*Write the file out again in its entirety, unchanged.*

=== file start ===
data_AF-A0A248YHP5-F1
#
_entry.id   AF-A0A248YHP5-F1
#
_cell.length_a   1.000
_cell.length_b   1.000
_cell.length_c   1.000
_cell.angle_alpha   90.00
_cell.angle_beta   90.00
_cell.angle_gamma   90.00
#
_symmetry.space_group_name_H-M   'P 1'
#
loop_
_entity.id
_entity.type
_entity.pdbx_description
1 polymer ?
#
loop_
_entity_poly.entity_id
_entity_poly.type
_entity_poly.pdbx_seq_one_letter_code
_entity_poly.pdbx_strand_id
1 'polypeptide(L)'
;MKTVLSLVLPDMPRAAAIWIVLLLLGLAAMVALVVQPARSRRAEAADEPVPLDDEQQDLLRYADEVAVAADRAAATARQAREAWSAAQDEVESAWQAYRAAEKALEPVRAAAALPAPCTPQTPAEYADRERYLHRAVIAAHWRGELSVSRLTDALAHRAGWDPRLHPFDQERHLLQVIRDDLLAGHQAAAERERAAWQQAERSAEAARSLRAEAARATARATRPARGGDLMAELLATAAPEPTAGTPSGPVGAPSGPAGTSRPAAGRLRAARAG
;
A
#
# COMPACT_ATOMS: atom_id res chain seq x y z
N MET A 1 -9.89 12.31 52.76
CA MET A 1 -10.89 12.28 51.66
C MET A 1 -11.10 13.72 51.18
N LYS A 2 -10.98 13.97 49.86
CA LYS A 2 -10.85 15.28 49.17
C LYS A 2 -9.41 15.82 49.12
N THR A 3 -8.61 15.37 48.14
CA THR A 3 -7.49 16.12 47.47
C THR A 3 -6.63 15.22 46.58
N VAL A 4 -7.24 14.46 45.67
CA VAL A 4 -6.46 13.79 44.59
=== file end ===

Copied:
data_AF-A0A248YHP5-F1
#
_entry.id   AF-A0A248YHP5-F1
#
_cell.length_a   1.000
_cell.length_b   1.000
_cell.length_c   1.000
_cell.angle_alpha   90.00
_cell.angle_beta   90.00
_cell.angle_gamma   90.00
#
_symmetry.space_group_name_H-M   'P 1'
#
loop_
_entity.id
_entity.type
_entity.pdbx_description
1 polymer ?
#
loop_
_entity_poly.entity_id
_entity_poly.type
_entity_poly.pdbx_seq_one_letter_code
_entity_poly.pdbx_strand_id
1 'polypeptide(L)'
;MKTVLSLVLPDMPRAAAIWIVLLLLGLAAMVALVVQPARSRRAEAADEPVPLDDEQQDLLRYADEVAVAADRAAATARQAREAWSAAQDEVESAWQAYRAAEKALEPVRAAAALPAPCTPQTPAEYADRERYLHRAVIAAHWRGELSVSRLTDALAHRAGWDPRLHPFDQERHLLQVIRDDLLAGHQAAAERERAAWQQAERSAEAARSLRAEAARATARATRPARGGDLMAELLATAAPEPTAGTPSGPVGAPSGPAGTSRPAAGRLRAARAG
;
A
#
# COMPACT_ATOMS: atom_id res chain seq x y z
N MET A 1 -9.89 12.31 52.76
CA MET A 1 -10.89 12.28 51.66
C MET A 1 -11.10 13.72 51.18
N LYS A 2 -10.98 13.97 49.86
CA LYS A 2 -10.85 15.28 49.17
C LYS A 2 -9.41 15.82 49.12
N THR A 3 -8.61 15.37 48.14
CA THR A 3 -7.49 16.12 47.47
C THR A 3 -6.63 15.22 46.58
N VAL A 4 -7.24 14.46 45.67
CA VAL A 4 -6.46 13.79 44.59